Q&A, Part 1: Runner and Stone's Peter Endriss on Opening a Bakery in Gowanus, Baking at Per Se, and Working 35 Hours on a Weekend
Liz Barclay Peter Endriss at Smorgasburg in Williamsburg
It's easy to eat Runner and Stone's amber-hued pretzel absently, nibbling the thin crispy arms that cross over themselves, the soft curves of the bulbous tops flecked with salt, without contemplating the Champlain Valley Mills organic white spelt flour and the 4 percent lye dip that lends its toasty pure flavor. Then five minutes later it's gone, and you're left wondering why you didn't buy three. Come fall, the bakery will be operating out of Gowanus, at 285 Third Avenue; for now, you'll have to hit the markets to find its wares: rye breads with beautiful crusts and developed tang, buckwheat loaves packed with peaches too good to bake into bread, and canelés, squat French pastries with caramelized crusts and custardy interiors. We chat with Peter Endriss, head baker, the hands and brain behind some seriously serious bread.
How did you get into baking?
I actually was a civil engineer and changed careers. I always wanted to a cook since I was a little kid, so finally I realized I hated civil engineering and started staging as a line cook. Then I cooked for a year and wasn't super into the pressure. I went into pastry and then was waiting for a restaurant to open where I was going to be doing the pastry menu. I had some time so I staged at a bakery in Southern Germany, where my father is from, where I fell in love with the rhythm and the work. When I came back, I pursued a bread position instead of pastry and never looked back.
I like baking a lot more than pastry because it's different all of the time, so it's a lot more gratifying when you get a beautiful bread than a pastry that you've made from a recipe that turns out the same every single time. It's a little more engaging to me.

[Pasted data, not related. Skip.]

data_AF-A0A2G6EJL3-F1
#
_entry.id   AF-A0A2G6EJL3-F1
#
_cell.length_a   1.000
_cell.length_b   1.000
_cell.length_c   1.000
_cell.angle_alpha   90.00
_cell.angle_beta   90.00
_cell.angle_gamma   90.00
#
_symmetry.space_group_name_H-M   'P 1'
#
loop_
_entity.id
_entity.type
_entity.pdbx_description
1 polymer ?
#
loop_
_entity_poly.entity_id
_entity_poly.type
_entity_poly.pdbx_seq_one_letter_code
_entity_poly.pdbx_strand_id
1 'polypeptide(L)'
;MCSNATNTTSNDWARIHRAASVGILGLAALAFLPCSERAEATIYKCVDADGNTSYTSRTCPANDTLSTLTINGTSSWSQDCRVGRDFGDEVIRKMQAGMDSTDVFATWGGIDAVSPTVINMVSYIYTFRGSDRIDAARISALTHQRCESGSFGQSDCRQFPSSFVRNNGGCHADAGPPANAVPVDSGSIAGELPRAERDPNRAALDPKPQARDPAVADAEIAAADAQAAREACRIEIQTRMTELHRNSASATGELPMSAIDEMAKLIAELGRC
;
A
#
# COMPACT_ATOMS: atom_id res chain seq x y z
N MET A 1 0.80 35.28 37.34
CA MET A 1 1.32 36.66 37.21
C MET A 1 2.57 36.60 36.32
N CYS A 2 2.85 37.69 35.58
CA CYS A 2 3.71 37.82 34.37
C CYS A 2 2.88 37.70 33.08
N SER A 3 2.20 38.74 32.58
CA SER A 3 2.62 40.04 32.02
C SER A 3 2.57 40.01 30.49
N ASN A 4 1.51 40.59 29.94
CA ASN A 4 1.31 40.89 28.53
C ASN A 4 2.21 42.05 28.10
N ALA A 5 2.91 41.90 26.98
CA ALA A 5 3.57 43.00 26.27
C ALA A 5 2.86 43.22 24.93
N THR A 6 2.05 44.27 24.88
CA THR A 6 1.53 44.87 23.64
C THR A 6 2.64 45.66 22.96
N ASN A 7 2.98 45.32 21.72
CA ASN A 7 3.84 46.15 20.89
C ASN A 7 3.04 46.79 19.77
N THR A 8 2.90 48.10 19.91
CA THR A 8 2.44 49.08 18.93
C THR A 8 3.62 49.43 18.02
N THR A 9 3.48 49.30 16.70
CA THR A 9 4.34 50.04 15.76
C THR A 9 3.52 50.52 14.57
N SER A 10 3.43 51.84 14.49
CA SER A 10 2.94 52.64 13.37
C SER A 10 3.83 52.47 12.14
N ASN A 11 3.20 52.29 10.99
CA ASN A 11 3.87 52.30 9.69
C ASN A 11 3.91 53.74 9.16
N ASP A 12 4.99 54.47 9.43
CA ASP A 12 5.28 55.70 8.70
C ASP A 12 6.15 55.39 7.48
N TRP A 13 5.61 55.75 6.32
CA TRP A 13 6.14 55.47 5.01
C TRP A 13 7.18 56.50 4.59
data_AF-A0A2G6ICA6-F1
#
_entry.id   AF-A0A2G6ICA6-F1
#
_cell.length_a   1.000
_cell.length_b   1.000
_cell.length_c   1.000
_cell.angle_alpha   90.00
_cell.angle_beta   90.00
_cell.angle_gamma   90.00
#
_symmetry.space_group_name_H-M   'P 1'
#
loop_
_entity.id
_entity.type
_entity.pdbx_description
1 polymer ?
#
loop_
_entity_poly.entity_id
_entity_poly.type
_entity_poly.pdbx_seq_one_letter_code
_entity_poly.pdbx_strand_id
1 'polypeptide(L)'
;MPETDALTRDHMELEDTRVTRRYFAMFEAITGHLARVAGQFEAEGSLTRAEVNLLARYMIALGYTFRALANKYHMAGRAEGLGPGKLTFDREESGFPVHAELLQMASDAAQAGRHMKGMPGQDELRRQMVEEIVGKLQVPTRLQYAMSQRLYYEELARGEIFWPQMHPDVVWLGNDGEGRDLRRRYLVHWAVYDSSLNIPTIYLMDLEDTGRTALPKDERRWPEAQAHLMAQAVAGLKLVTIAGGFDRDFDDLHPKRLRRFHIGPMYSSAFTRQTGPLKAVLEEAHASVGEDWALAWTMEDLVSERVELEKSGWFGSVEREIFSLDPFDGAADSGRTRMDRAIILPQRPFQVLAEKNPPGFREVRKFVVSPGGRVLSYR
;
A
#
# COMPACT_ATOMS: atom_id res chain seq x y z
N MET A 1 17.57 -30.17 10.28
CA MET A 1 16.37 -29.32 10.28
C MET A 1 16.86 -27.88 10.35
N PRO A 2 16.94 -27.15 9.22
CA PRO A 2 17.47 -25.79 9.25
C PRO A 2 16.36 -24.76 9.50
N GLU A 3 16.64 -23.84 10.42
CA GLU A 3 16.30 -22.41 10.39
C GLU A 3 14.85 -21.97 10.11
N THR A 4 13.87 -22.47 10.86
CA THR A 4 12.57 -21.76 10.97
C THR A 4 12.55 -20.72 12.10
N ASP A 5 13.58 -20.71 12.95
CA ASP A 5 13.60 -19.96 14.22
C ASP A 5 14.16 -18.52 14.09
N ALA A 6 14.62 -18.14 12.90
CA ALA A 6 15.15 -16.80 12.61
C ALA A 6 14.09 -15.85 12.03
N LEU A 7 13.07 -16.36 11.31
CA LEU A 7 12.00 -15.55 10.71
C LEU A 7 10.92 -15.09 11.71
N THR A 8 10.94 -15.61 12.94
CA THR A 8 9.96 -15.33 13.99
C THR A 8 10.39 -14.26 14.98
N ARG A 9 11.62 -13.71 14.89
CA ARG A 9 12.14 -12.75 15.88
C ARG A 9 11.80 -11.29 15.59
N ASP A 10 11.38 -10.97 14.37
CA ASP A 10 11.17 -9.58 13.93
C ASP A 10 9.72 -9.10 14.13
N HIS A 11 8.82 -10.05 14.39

You baked at Per Se? Was it enjoyable?
Enjoy? No. But grateful for it? Absolutely. I'm glad I have had that experience. But for three years it was constant stress, unmitigated constant stress. The pressure is so high, because the quality is so high, so there's no room for error. When baking is so variable, that's really rough. But, that said, it made me such a better baker because the baguettes had to look exactly the same. I learned everything that can go wrong with a baguette at every stage, from pre-fermentation to service, and I learned that with every bread we did there. It was good for me to learn how to control dough.
When does Runner and Stone open?
September. It's the scheduled date for now.
How much of the new operation is bakery? And how much is restaurant?
It will be both. In the morning it will be a viennoiserie with a pastry line-up, bread, an espresso machine -- we'll do Italian-style coffees with Crops to Cup coffee, they are in Gowanas also. And then lunch will be like sandwiches and salads, soups, for dine-in and take out but no dinner service. And then starting with the dinner service, we'll have a bartender, wait staff, full-table service, with a full sit-down menu. My partner is the chef component, Christopher Pizzulli, he was the chef of Blue Ribbon Brooklyn. He just left so we can go full speed on this project.
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